Forest Bells Restoration

The Bells are Back!

George Brackett and bell “rider” during installation. Can you spot him?

Visitors to the Forest Bells on the GCT’s Blackman Field and Woods property know that three of the bells have been missing since last fall. They were removed for repairs, and we’re happy to report that all six bells are up and making wonderful music again.

The Forest Bells were created by local artist and craftsman Paul Matisse in 1995, commissioned by the inaugural Artist’s Valentine project, and installed on land owned by Arthur and Camilla Blackman.  The Blackmans donated the land to the GCT in 2000, and the Trust has been the steward of the land and bells since then.

Like any piece of outdoor engineering, the Bells require attention and maintenance.  Paul and his staff have been both attentive and generous in helping to keep the Bells in good working order.  Over the years, we’ve discovered that the main spring at the top of each bell is prone to failure.  When this spring breaks the hammer rests against the bell, making it impossible to ring.  We’ve also found that the arm and hammer assembly can dent and damage the bells as they swing around.

Local arborist and bell-hanging wizard George Brackett provides the expertise to both install and remove the Bells.  Last fall he took down the three non-working Bells and they were delivered to Paul’s shop in Groton.  Paul’s staff analyzed the failures and found solutions.  Modifications were made to the arm and hammer to prevent further damage, and a wholly new spring design was installed.  The bells were also re-coated with Nyalic a transparent protective coating.

But there were still three Bells in the forest without these improvements.

Ken and Joseph installing a new spring.

Ken and Joseph installing a new spring.

Paul, George and Ken and Joseph from Paul’s staff set out on June 19th to set up a field repair shop in the woods to complete the job.  The three repaired bells were re-installed, and then each of the three remaining bells was taken down.  All modifications were installed and each was re-coated with Nyalic.  The completely refurbished Bells were then rehung in their proper locations.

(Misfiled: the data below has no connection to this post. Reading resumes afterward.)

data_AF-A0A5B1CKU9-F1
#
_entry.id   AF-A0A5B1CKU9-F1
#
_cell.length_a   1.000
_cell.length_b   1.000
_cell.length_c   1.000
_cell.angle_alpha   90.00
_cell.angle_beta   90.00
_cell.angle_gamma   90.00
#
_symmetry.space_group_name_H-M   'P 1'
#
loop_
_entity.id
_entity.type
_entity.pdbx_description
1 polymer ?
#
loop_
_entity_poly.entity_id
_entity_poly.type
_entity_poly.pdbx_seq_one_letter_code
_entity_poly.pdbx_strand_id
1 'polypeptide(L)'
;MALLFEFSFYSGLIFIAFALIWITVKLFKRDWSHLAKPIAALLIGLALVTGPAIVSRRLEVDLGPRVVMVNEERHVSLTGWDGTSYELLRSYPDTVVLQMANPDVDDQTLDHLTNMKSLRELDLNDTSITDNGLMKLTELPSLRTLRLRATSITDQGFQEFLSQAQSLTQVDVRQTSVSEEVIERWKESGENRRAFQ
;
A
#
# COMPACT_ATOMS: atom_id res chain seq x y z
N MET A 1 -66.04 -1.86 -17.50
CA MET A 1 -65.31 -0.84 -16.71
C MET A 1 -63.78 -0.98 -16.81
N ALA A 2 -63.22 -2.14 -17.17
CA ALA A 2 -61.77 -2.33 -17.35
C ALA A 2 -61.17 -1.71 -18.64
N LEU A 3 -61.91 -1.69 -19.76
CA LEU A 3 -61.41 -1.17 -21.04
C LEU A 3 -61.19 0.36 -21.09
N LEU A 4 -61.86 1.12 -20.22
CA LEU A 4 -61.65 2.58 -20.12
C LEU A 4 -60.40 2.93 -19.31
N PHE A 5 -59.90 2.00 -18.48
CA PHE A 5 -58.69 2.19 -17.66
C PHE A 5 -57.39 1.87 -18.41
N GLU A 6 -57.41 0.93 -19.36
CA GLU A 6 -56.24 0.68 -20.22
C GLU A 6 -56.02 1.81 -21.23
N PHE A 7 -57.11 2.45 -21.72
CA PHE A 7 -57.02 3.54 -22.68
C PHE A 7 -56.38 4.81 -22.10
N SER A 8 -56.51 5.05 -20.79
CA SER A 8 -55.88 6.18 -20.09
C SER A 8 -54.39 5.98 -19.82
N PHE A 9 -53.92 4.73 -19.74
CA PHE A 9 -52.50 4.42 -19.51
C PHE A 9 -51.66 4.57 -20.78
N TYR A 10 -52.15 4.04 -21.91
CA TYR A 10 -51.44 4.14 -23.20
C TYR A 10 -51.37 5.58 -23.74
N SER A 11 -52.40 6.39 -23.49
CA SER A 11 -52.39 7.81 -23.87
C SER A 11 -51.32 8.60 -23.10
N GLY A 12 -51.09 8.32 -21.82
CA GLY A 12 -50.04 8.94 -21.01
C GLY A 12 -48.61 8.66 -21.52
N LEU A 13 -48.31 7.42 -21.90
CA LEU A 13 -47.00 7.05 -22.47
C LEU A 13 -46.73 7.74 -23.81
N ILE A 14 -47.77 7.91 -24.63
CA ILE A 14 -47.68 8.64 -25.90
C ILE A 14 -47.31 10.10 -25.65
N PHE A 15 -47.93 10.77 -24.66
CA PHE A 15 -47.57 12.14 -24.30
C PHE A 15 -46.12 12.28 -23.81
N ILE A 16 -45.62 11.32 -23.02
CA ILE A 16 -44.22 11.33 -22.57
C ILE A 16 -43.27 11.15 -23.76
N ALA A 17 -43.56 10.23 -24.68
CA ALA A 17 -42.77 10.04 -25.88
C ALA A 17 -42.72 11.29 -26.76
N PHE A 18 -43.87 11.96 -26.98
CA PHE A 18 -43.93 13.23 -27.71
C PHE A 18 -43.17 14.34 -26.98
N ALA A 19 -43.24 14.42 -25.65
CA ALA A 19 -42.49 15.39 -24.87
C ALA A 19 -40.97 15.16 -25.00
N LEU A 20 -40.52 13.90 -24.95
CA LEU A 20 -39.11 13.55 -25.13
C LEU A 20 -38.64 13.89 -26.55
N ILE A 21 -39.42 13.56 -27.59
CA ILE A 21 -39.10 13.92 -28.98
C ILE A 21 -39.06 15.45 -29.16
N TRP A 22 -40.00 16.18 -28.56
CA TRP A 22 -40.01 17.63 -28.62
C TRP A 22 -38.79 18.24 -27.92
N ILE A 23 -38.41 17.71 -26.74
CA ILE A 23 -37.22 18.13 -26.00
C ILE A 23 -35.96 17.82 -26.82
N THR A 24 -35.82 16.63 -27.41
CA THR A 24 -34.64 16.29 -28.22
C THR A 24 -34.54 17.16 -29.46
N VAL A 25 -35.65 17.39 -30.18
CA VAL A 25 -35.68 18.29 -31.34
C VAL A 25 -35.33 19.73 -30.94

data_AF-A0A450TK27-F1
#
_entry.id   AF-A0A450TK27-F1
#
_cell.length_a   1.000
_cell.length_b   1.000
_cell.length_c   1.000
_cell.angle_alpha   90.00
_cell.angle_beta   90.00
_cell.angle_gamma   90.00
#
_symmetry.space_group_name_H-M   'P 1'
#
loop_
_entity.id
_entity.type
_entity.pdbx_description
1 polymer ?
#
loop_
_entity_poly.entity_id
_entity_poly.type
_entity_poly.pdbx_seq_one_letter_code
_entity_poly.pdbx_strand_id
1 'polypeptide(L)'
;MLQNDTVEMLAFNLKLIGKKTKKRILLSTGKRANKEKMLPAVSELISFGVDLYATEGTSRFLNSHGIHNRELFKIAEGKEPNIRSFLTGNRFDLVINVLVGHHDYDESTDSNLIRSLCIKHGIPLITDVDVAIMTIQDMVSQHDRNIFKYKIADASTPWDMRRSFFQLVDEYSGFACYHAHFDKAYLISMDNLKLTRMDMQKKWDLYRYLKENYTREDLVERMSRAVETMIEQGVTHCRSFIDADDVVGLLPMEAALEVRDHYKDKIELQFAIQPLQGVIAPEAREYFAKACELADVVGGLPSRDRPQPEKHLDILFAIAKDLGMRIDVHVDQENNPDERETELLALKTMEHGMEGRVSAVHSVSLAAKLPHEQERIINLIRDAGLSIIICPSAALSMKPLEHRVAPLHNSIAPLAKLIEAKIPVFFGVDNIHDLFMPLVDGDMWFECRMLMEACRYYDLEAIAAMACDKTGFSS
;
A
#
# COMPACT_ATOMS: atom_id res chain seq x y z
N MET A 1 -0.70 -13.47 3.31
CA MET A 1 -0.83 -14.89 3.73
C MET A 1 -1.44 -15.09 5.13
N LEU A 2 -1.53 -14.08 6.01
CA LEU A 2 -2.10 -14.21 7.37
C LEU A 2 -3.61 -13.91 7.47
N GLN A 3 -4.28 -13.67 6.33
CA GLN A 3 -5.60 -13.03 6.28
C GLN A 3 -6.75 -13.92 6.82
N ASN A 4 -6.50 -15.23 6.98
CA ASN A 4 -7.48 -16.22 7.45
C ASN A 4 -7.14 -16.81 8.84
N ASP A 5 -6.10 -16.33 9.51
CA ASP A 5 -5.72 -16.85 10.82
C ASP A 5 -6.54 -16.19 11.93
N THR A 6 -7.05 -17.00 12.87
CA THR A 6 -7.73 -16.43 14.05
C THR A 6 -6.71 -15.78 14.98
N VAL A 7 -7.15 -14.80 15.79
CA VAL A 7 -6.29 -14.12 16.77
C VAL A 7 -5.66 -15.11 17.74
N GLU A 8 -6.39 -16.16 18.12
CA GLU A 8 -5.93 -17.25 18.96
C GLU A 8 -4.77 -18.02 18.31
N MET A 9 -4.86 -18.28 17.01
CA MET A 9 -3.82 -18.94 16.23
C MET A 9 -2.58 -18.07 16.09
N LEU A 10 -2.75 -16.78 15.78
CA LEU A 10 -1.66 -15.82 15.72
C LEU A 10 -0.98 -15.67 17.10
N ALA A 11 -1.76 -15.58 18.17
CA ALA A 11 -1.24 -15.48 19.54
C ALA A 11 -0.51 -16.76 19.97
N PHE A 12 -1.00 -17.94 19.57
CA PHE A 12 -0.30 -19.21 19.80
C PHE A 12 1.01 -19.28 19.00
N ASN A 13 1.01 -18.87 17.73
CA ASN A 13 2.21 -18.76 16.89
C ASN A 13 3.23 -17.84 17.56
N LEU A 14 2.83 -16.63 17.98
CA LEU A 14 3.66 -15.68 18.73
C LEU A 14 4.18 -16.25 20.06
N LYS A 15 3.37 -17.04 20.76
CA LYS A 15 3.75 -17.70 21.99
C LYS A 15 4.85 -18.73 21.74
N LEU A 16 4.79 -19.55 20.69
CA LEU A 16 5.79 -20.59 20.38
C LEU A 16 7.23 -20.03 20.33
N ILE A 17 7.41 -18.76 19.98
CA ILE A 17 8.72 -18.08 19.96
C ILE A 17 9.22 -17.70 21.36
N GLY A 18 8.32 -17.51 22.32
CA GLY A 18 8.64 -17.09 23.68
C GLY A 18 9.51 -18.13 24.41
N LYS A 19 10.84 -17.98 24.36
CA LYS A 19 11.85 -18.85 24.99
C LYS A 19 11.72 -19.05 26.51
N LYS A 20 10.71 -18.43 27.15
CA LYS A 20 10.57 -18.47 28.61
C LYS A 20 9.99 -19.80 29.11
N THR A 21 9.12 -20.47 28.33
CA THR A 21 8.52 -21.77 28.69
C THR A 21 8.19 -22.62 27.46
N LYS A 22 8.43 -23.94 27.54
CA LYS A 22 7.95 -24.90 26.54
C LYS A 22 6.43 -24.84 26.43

Paul has since re-visited the site and reports they are again ready to make beautiful music in their hemlock grove.  All they need are visitors to explore, discover, and ring them!

To find the Forest Bells, take Old Ayer Road south toward Ayer from Main Street near the Mobil Station.  Then, turn left onto Indian Hill Road and go all the way to the end.  Park cars, but not near the house at the end.  Walk back to the end and bear left up a dirt road into the trees.  Continue along this road, passing at one point under power lines and continuing down into forest.  At the next obvious fork, with the main path going up to the right, turn sharp left on to the side road.  About 50 yards later there are a group of fallen trees barring an old road leading uphill to the right.  Walking over or around the fallen trees, follow that road up the hill.  Continue until you find yourself in a grove of hemlocks, quite different from the pines and oaks all around.  You are at the Forest Bells.

Joseph and Ken repairing the Hammer Mount.

Joseph and Ken repairing the Hammer Mount.

Paul Matisse and George setting up.

Paul Matisse and George setting up.

George is ready for the last installation.

George is ready for the last installation.

 

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Groton History Center share in the award  

The Groton Conservation Trust has successfully secured a grant from The Freedom’s Way 2019 Partnership Grant Program to connect people to the land and biodiversity within the Town of Groton.  This project, as described in the March e-newsletter, will research, design and install an educational garden on the Moors Schoolhouse property, located near the Trust’s most visited conservation area, the General Field. You can read about the rich history of this property in a piece by member David Gordon: The Legacy of Moors Schoolhouse.

The garden will showcase non-native plants that have been naturalized, as well as plants used by indigenous peoples of the area for food, medicine and religious purposes.  Interpretive signage will be developed with assistance from the Art Department at Groton School. Students from the school will install and maintain the plantings, which will be permanently labeled.   Led by trustee David Black, the reclamation effort will begin mid-May. All are welcome to join in the effort. Partnering with the GCT will be the Groton History Center.

The Moors Schoolhouse has a rich history as a district school in Groton.

The Freedom’s Way Grant Program is designed to provide strategic investments in the cultural, natural and historical resources that enhance the sense of place within the forty-five communities of the Freedom’s Way National Heritage Area, the Freedom’s Way Partnership Grant Program serves as a catalyst for creative programs and projects that increase awareness and understanding of the region’s heritage by engaging residents and visitors through experiences and promoting stewardship.  Nine area awards were given, totaling almost $30,000.